Championship season is fast approaching for fall NCAA sports, which means teams are close to tallying their first points in the Capital One Cup. Olympic gold medalist and World Cup champion Brandi Chastain enters her second year as an ambassador of the Capital One Cup. She is a former Santa Clara University player and currently a volunteer assistant coach for the No. 7 ranked Broncos. Recently, she took the time to talk about the Capital One Cup, the changing women’s college soccer landscape and her best WUSA memories following the 10th anniversary of the Bay Area CyberRays inaugural championship.
Jeff Kassouf: What is your take on how the Capital One Cup went last year? Stanford won on the women’s side and Florida won on the men’s side.
Brandi Chastain: First of all, I was excited to be a part of the Capital One Cup team ambassador to the student-athlete. Having my experience at Santa Clara University, it was very exciting not only to try to win a national championship in your respective sport, but I think then to contribute to your universities potential victory of the Capital One Cup is very exciting. We obviously didn’t have anything like that when I was at Santa Clara, so I think it is fantastic. Stanford on the women’s side, kind of made it a one horse race fairly early, but I think with the addition of new sports on the men’s and women’s side, it could be less likely for that to happen again. I think also, on the men’s side, it was very exciting because it literally came down to men’s baseball and the World Series. Florida was in sixth place going into the tournament and they jumped over five other teams to take the title, so that is exciting to know that it is a complete university contribution, as you saw on the Stanford side. But also on the Florida side that it can come down to the wire – that is what makes this championship and this cup so exciting.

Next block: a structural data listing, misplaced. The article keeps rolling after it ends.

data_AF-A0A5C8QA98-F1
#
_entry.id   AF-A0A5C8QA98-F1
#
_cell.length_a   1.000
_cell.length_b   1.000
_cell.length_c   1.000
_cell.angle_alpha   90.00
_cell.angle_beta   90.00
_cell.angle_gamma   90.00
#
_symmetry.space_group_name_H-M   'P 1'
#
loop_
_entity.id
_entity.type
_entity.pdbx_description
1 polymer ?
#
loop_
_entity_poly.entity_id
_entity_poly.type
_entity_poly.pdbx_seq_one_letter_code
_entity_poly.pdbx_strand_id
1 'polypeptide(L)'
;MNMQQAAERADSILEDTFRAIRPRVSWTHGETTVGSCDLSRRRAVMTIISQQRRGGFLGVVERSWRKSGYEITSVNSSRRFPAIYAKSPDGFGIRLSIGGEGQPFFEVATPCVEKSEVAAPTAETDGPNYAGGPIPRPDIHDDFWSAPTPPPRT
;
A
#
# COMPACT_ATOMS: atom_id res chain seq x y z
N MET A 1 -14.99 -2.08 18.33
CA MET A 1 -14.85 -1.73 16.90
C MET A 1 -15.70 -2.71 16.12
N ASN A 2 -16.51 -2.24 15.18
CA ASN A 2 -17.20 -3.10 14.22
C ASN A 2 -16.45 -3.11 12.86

JK: What is new this year then? You mentioned added sports.
BC: There are plenty of new added sports. I think when everyone thinks about collegiate sports, they think about the big names that you get to see on a regular basis on television. What I loved about being on the Capital One Cup team last year is that it is not only about recognizing what happens on the field but it is about rewarding a $200,000 post-graduate scholarship ($400,000 combined). It is also recognizing that academics are a part of athletics at the collegiate level. Now these teams in women’s sports of bowling, fencing, rifling, skiing, ice hockey, gymnastics and water polo – and on the men’s side water polo, fencing, rifling, skiing, gymnastics and volleyball – will also have a chance to contribute to their university’s point total when the tallies are made come the end of June after men’s baseball. I love that there have been additions and no deletions. I love the excitement that was around last year’s cup; I love that it did go to the wire on the men’s side. And again, I do love the acknowledgement by Capital One and the leaders there about the academic side of sports. I think some people have a tendency to get dismayed about that and I think that is a very valuable component, because as we know, the majority of athletes that compete in collegiate sports will not become professionals in their sport. They take those lessons and what they have learned on the field and on the court and they take them into their lives. So, they are very, very important.
JK: And Stanford at the top is obviously no slouch of and academic university.
BC: No, and I think that is great. Them winning the championship – kudos to them. I think they have a wonderful program there. I get to see it on a first hand basis since I live in the Bay Area and my husband’s team competes against them in women’s soccer. I think it also sets a standard and that is what the Capital One Cup stands for, is that standard of excellence on and off the playing field. I think that if we can raise the level on both of those it is better for everybody.
JK: You mentioned hopefully seeing other schools emerge to compete for the Capital One Cup. Are you finding that you are discovering new talented players in women’s college soccer? There are traditionally strong teams like Portland that are struggling and there are a lot of mid-majors finding success. Are you discovering teams and players that you otherwise would not?